On July 18, 2013, the Federal Law for the Prevention and Identification of Operations with IllicitResources (the “Anti-Money Laundering Act”) went into effect, the same which was issued bythe Mexican Congress for the purpose of serving as an information hub in the government’s fightagainst money laundering. Similarly, (i) on August 16, 2013, the Regulations to the Anti-MoneyLaundering Act (the “Regulations”) were published; (ii) on August 23, 2013, the General Rules(the “General Rules”) were published; and (iii) on August 30, 2013, the formats for registrationand notification in terms of the Anti-Money Laundering Act were published (the “Formats”).The Anti-Money Laundering Act contains a list of at-risk activities and requires those whoconduct such activities to file certain notices with the Mexican Department of Finance and PublicCredit (Secretaría de Hacienda y Crédito Público). Unfortunately, the Anti-Money LaunderingAct and the rules deriving from such contain various inconsistencies resulting from draftingissues. These inconsistencies are generating confusion and include issues such as whether thepurchase and sale of real property is considered an at-risk activity, as well as who is required topresent the corresponding notice as to such transactions.In this regard, it is important to note that while various activities in the real estate sector areconsidered at-risk activities subject to the law’s required notice, the Anti-Money Laundering Actdoes not establish an obligation on the seller and/or buyer of real property to give notice as tosuch given that activities considered to be at-risk and subject to presentation of the respectivenotices are the following:(i) Real estate brokerage in the purchase and sale of real property, with the real estatebroker being required to give notice when the price of the transaction is for an amountequal to or greater than 8,025 times the Minimum Salary in Effect in the FederalDistrict (Salario Mínimo Vigente en el Distrito Federal [“SMVDF”]), meaningMX$519,699.00;(ii) The rendering of professional independent services, without the existence of anemployment relationship, when a service provider, on behalf of and in representationof his client, carries out a financial transaction related to the purchase and sale of realproperty or a related trust;(iii) The participation of a notary public in the purchase and sale of real property, the samewho must give notice when the value of the transaction or the property is greater than16,000 times the SMVDFD, meaning MX$1,036,160.00; and(iv) The participation of a notary public in the formation of a trust transferring ownershipof real property, the same who must give notice when the value of the transaction isgreater than 8,025 times the SMVDFD, meaning MX$519,699.00.It is important to note that the Anti-Money Laundering Act prohibits the payment and receipt ofall or part of the purchase price for real property in cash when the value of the transaction isgreater than 8,025 times the SMVDFD, meaning MX$519,699.00. As a result, it is necessary toprovide the notary public who supervises the closing of the transaction with detailed informationregarding the form of payment of the purchase price, date, legal currency and respectiveamounts, without there being an obligation upon notaries public to include such references in theactual notarial instrument or deed. Therefore, the notary public’s certification that he or she hasreceived the corresponding information is deemed to be sufficient.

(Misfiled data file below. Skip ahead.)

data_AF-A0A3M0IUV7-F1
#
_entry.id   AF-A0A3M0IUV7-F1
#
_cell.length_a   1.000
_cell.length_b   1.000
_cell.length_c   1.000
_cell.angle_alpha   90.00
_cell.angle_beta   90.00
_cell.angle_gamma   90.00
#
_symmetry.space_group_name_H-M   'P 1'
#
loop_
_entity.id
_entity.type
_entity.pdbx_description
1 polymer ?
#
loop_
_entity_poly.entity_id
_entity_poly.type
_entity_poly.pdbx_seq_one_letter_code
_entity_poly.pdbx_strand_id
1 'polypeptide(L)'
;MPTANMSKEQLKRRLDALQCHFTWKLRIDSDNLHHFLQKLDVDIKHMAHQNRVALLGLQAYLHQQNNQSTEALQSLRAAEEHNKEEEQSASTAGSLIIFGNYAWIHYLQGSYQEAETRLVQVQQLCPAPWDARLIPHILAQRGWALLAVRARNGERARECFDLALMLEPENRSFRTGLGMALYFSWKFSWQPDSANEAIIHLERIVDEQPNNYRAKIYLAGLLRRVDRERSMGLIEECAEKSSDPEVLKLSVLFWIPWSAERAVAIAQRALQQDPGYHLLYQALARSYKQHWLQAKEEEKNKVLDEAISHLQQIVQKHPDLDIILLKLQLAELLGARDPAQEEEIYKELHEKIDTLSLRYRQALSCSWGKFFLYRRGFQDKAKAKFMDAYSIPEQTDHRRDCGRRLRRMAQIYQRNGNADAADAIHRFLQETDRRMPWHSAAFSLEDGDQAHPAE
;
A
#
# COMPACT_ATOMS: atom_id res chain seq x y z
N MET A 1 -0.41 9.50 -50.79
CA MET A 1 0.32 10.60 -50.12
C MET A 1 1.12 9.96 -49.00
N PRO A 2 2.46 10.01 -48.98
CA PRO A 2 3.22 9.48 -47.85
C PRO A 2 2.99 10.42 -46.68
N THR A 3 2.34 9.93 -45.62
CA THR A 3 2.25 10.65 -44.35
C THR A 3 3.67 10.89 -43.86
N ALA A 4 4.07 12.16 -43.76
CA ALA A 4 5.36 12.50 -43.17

Real Estate Law. Buying and Selling Real Property and Mexico’s Anti-Money Laundering Act
September 26, 2013